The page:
by Shlomit Gorin, M.A., Impulse Managing Editor
VENEDIKT EROFEEV'S MOSCOW-PETUSHKI: A JOURNEY THROUGH DISBELIEF
Venedikt Erofeev's novel Moscow-Petushki (1968) is at once perplexing, hilarious, tragic, light-hearted, and profound. As such, the experience of reading it parallels the experience of our psychic encounters with others in the consulting room. Reality blends into fantasy, the conscious merges with the unconscious, and through it all, no temporal or spatial demarcations are positioned as anything more than fleeting and quite dubious conjectures.
Much of what we read (or hear) seems to defy common sense. How is it possible not to see the Kremlin when scouring the streets of Moscow so many times, as is the case with the protagonist, Venichka? Has he seen the Kremlin and just does not remember? Or maybe this alcoholic intellectual is drunk as he provides this "fact" to us? Furthermore, how is it possible for him to always end up at the Kursk Station no matter in what direction he walks? The reader, like the clinician, is not on a firm footing with the narrator.
The absence of a stable foundation is progressively heightened as the story takes on a dream-like quality reminiscent of the state between waking and sleeping. In the midst of Venichka's ravings (for he is prone to talking to himself), he is visited by angels. Surely a conversation between a man and angels can take place in dreams or in that space between conscious and unconscious experience. Yet there is no mention by Venichka of being in such a state. To the contrary, he is merely leaning against a column, hungover, trying to recover. Are these angels figments of his imagination, hallucinations, common visitors in his dreams, images he conjures up to help him cope with his daily reality?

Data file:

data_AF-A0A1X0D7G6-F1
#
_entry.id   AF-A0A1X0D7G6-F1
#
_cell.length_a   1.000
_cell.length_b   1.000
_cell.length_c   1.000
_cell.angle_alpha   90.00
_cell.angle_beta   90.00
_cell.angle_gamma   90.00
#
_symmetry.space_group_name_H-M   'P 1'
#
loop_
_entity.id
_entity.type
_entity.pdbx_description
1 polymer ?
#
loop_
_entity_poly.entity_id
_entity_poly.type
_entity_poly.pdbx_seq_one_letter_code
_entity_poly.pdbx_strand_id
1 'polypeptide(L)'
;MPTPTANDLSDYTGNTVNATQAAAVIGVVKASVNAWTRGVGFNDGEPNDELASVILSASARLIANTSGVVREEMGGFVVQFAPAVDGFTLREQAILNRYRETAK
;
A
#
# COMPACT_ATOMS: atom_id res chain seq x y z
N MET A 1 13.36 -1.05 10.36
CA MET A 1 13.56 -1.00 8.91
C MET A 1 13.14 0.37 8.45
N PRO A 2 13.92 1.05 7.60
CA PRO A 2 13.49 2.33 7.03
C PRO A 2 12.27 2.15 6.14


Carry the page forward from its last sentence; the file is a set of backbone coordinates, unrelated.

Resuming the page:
The people Venichka meets on a train possess a mirage-like quality in the way they appear as pairs - a grandfather with his grandson and a couple who uncannily resemble each other. A conversation and drinking ensue, and the personalities of everyone from Schiller and Goethe to Marx, Gorky, and Turgenev are invoked. Who is absent and who is present? What is real and what is a mirror image or mere reflection? New characters appear and disappear, we are transplanted from one period of time to another, and there is little to sustain our orientation. Following the story and ascertaining what is actually happening in contrast to what is going on in the narrator's mind becomes progressively more challenging.
After staying with the narrator through a journey that is at times pleasurable and comical, at other times heavy and tragic, we are left at the end wondering what we can believe in. Erofeev's Moskva-Petushki offers a reflection on - and a reminder of - a reality that is more fluid and uncertain than we sometimes like to or are able to acknowledge.